6. As I read your next post in which you mention your love of debate, it reminded me of a question that this post raised in my mind. Why did you choose to use the word “Gay” to describe the “Spinning Wheel of Death” in this post? Exactly what did you intend it to mean? What feeling or emotion did you feel as you wrote it, or did you want your readers to feel? Is it appropriate to use gay in this context?

  7. Chad: I used the term ‘gay’ because the Spinning Pizza of Death is rendered in the colours of the rainbow. As I suspect you know, the rainbow is a global symbol of gaydom. Additionally, there was probably a double entendre there about the cursor looking so darn happy and festive, but that wasn’t a conscious inclusion.

    So, that’s what I meant when I wrote it. I might have used the word ‘rainbow’, but ‘gay’ makes the phrase a cheeky (if tiny) joke. Plus, of course, diction is a big part of one’s writing style. That sort of off-handed, oblique reference is, I think, in the vein of my written voice.

    Speaking of the rest of my site, that’s the context in which I wrote the phrase. You’ve been reading here for a while, so you’re probably aware of where else I’ve used the term ‘gay’.

    So I think it’s entirely appropriate to use the term ‘gay’ in this context. Most people who read this site (and, admittedly, know what OS X’s hourglassing cursor looks like) would immediately recognize my meaning.

    You may be concerned with the other, uniformly pejorative use for the term ‘gay’, as in “let’s go, this movie totally gay” (meaning generically bad, not homosexual).

    That’s a legitimate concern. However, I’m not going to stop using the term where it might be misconstrued because others mis-use it. That, in my view, is a sure way to lose the battle over a word’s usage.

  8. Make sure to visit the Opera House in Budapest. It’s absolutely beautiful. If there are no performances on you can still look around inside.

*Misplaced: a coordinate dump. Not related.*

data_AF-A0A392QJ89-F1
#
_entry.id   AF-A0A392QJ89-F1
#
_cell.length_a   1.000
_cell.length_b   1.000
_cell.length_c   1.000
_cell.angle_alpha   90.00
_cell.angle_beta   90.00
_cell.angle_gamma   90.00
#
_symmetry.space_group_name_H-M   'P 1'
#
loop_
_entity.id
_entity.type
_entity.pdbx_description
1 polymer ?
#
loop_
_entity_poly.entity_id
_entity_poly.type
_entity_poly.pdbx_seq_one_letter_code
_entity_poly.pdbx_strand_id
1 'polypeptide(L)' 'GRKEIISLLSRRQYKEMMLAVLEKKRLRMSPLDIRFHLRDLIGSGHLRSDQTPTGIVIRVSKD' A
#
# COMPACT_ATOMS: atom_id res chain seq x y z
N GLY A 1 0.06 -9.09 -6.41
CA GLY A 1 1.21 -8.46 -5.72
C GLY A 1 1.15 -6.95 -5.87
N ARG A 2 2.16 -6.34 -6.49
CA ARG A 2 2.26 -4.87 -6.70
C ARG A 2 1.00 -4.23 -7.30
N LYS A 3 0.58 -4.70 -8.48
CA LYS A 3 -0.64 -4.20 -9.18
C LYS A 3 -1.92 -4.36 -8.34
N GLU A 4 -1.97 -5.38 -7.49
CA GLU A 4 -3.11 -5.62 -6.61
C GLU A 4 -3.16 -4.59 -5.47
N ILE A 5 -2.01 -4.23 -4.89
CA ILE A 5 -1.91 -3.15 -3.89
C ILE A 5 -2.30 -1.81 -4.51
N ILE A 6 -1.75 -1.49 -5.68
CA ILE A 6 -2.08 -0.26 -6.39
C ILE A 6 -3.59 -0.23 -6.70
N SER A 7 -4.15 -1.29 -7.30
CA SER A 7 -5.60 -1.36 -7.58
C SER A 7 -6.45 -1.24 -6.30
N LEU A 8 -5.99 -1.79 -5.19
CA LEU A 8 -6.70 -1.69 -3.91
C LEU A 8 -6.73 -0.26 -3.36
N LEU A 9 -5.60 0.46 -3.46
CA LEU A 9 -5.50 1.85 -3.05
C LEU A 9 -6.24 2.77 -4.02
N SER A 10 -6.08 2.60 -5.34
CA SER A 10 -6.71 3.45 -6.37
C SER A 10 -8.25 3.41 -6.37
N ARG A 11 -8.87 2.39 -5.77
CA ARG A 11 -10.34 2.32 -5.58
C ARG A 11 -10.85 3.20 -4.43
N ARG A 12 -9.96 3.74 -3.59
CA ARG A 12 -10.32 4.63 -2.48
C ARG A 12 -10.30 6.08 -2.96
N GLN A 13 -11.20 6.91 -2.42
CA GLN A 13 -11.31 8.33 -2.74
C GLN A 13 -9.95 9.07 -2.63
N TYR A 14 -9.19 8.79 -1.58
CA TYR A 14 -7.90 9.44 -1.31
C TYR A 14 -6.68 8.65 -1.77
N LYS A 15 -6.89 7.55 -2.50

9. Darren: Your last paragraph is at the core of my question. Word’s are often misconstrued or taken out of context. As a writer you lose control of the way that words are perceived once they are published. Someone who does not know that the cursor is rainbow colored or that you did not intend the word to be derogatory rather to be synonymous with rainbow, might take offense when none is intended.

    There is also a risk of perpetuating the negative use of a term if someone views your use of the word as condoning their use of the term. Is it everyone’s responsibility to minimize this risk?

    I recognize that we are not responsible for the actions of others, however I do believe that we influence the behaviors of others and we can be a positive influence through the choices that we make.

  10. Chad: Thanks for that. I think your argument largely ignores the context. A word (or a sentence or an article) doesn’t exist in isolation–it lives in a medium (I shall avoid citing hoary old Mcluhan here). And, in the case of this website and this writer, I think my diction is pretty clear.

    In a different context, I’d definitely not call it the ‘Gay Spinning Wheel of Death’, because that might be inappropriate or misinterpreted. I might call it the ‘Rainbow Wheel of Doom’ or even just ‘the worrying spinning mouse cursor’.

    In fact, I believe my use of the term may, in fact, make it less charged on all fronts. I’m not going to, uh, claim it as my own or anything, but I think there might be merit in a reader saying: “hey, that guy’s not gay, but he’s using the term in a jokey but appropriate way. Maybe I should use it that way too, instead of using it harmfully.’

    Okay, that reader’s a dork, but you get the idea. I’m not making myself out to be some kind of lexigraphical hero, but by using charged words appropriately, we reduce their power to harm. That’s the reason Chris Rock cites for using ‘nigger’ so frequently in his act.

    Yes, my use of ‘gay’ might be misinterpreted, but I’d rather use it and risk that than refuse to use it because others mis-use it.

  11. Vienna. Ah, Vienna.

    There are so many places you should hit in our old stomping grounds. We were there on a semi-weekly basis for almost four years. I love that city with a fervour I reserve for…well, Vancouver.

    Too many to list here, but nostalgia overwhelms me. At the very least, you must go to the Naschmarkt. Have a beer in the middle of the market (Julie). And try the Turkish flat bread. Eat Frittatensuppe.

    Also, on a nice day, there is not much nicer than a stroll through the Prater. The park part. There are one or two fantastic outdoor restaurants there with phenomenal chicken dinners (Darren…just the two legs, roasted in oh-so-tasty a fashion).

    Oh man…I could go on.